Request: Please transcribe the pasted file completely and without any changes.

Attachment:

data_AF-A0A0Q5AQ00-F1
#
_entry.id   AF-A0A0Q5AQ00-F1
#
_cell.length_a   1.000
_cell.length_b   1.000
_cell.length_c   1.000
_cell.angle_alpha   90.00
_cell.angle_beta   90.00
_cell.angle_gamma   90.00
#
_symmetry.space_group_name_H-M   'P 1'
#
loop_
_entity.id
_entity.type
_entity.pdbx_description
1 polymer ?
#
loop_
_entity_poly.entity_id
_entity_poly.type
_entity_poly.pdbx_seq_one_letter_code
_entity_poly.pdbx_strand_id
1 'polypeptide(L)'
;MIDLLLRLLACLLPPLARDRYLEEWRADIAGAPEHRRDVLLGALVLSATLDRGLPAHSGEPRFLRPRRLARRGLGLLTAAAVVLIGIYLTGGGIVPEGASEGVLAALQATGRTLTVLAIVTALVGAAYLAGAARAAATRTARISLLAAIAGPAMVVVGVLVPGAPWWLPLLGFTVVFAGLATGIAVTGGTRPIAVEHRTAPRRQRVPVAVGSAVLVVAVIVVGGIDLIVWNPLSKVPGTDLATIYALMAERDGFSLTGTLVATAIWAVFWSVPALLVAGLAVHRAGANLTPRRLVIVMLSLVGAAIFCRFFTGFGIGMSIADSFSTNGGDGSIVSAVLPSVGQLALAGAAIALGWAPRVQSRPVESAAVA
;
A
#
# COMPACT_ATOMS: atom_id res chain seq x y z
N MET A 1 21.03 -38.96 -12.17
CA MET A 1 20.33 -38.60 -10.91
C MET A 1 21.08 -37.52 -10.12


data_AF-A0A0Q5AQ00-F1
#
_entry.id   AF-A0A0Q5AQ00-F1
#
_cell.length_a   1.000
_cell.length_b   1.000
_cell.length_c   1.000
_cell.angle_alpha   90.00
_cell.angle_beta   90.00
_cell.angle_gamma   90.00
#
_symmetry.space_group_name_H-M   'P 1'
#
loop_
_entity.id
_entity.type
_entity.pdbx_description
1 polymer ?
#
loop_
_entity_poly.entity_id
_entity_poly.type
_entity_poly.pdbx_seq_one_letter_code
_entity_poly.pdbx_strand_id
1 'polypeptide(L)'
;MIDLLLRLLACLLPPLARDRYLEEWRADIAGAPEHRRDVLLGALVLSATLDRGLPAHSGEPRFLRPRRLARRGLGLLTAAAVVLIGIYLTGGGIVPEGASEGVLAALQATGRTLTVLAIVTALVGAAYLAGAARAAATRTARISLLAAIAGPAMVVVGVLVPGAPWWLPLLGFTVVFAGLATGIAVTGGTRPIAVEHRTAPRRQRVPVAVGSAVLVVAVIVVGGIDLIVWNPLSKVPGTDLATIYALMAERDGFSLTGTLVATAIWAVFWSVPALLVAGLAVHRAGANLTPRRLVIVMLSLVGAAIFCRFFTGFGIGMSIADSFSTNGGDGSIVSAVLPSVGQLALAGAAIALGWAPRVQSRPVESAAVA
;
A
#
# COMPACT_ATOMS: atom_id res chain seq x y z
N MET A 1 21.03 -38.96 -12.17
CA MET A 1 20.33 -38.60 -10.91
C MET A 1 21.08 -37.52 -10.12